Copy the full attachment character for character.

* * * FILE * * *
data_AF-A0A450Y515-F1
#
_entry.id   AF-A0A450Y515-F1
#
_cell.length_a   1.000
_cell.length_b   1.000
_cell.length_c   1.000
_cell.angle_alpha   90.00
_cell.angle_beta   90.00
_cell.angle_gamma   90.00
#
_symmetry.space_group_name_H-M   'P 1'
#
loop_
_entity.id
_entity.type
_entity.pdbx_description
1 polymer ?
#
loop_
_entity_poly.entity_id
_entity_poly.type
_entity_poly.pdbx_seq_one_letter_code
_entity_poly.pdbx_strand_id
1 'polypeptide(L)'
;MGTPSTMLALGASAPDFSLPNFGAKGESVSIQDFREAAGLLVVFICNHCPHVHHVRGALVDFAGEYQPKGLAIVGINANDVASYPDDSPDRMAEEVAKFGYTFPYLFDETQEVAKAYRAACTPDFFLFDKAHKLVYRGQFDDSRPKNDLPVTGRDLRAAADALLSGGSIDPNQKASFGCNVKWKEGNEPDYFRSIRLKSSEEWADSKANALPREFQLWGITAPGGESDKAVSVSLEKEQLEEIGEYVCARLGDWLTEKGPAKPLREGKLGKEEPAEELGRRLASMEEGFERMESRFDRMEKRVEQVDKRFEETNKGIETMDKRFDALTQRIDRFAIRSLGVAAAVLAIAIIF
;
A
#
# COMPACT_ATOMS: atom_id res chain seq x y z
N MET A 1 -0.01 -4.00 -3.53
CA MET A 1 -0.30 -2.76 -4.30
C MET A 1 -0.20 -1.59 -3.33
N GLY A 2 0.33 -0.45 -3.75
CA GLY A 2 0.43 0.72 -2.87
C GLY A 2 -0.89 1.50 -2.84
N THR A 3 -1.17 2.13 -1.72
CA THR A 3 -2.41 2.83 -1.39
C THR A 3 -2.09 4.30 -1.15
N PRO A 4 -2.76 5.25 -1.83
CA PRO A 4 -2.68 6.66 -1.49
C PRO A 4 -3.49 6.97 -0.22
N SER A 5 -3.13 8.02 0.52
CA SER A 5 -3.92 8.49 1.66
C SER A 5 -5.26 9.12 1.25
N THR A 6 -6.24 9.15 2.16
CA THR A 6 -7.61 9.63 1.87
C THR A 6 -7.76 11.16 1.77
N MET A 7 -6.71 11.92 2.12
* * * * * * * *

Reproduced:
data_AF-A0A450Y515-F1
#
_entry.id   AF-A0A450Y515-F1
#
_cell.length_a   1.000
_cell.length_b   1.000
_cell.length_c   1.000
_cell.angle_alpha   90.00
_cell.angle_beta   90.00
_cell.angle_gamma   90.00
#
_symmetry.space_group_name_H-M   'P 1'
#
loop_
_entity.id
_entity.type
_entity.pdbx_description
1 polymer ?
#
loop_
_entity_poly.entity_id
_entity_poly.type
_entity_poly.pdbx_seq_one_letter_code
_entity_poly.pdbx_strand_id
1 'polypeptide(L)'
;MGTPSTMLALGASAPDFSLPNFGAKGESVSIQDFREAAGLLVVFICNHCPHVHHVRGALVDFAGEYQPKGLAIVGINANDVASYPDDSPDRMAEEVAKFGYTFPYLFDETQEVAKAYRAACTPDFFLFDKAHKLVYRGQFDDSRPKNDLPVTGRDLRAAADALLSGGSIDPNQKASFGCNVKWKEGNEPDYFRSIRLKSSEEWADSKANALPREFQLWGITAPGGESDKAVSVSLEKEQLEEIGEYVCARLGDWLTEKGPAKPLREGKLGKEEPAEELGRRLASMEEGFERMESRFDRMEKRVEQVDKRFEETNKGIETMDKRFDALTQRIDRFAIRSLGVAAAVLAIAIIF
;
A
#
# COMPACT_ATOMS: atom_id res chain seq x y z
N MET A 1 -0.01 -4.00 -3.53
CA MET A 1 -0.30 -2.76 -4.30
C MET A 1 -0.20 -1.59 -3.33
N GLY A 2 0.33 -0.45 -3.75
CA GLY A 2 0.43 0.72 -2.87
C GLY A 2 -0.89 1.50 -2.84
N THR A 3 -1.17 2.13 -1.72
CA THR A 3 -2.41 2.83 -1.39
C THR A 3 -2.09 4.30 -1.15
N PRO A 4 -2.76 5.25 -1.83
CA PRO A 4 -2.68 6.66 -1.49
C PRO A 4 -3.49 6.97 -0.22
N SER A 5 -3.13 8.02 0.52
CA SER A 5 -3.92 8.49 1.66
C SER A 5 -5.26 9.12 1.25
N THR A 6 -6.24 9.15 2.16
CA THR A 6 -7.61 9.63 1.87
C THR A 6 -7.76 11.16 1.77
N MET A 7 -6.71 11.92 2.12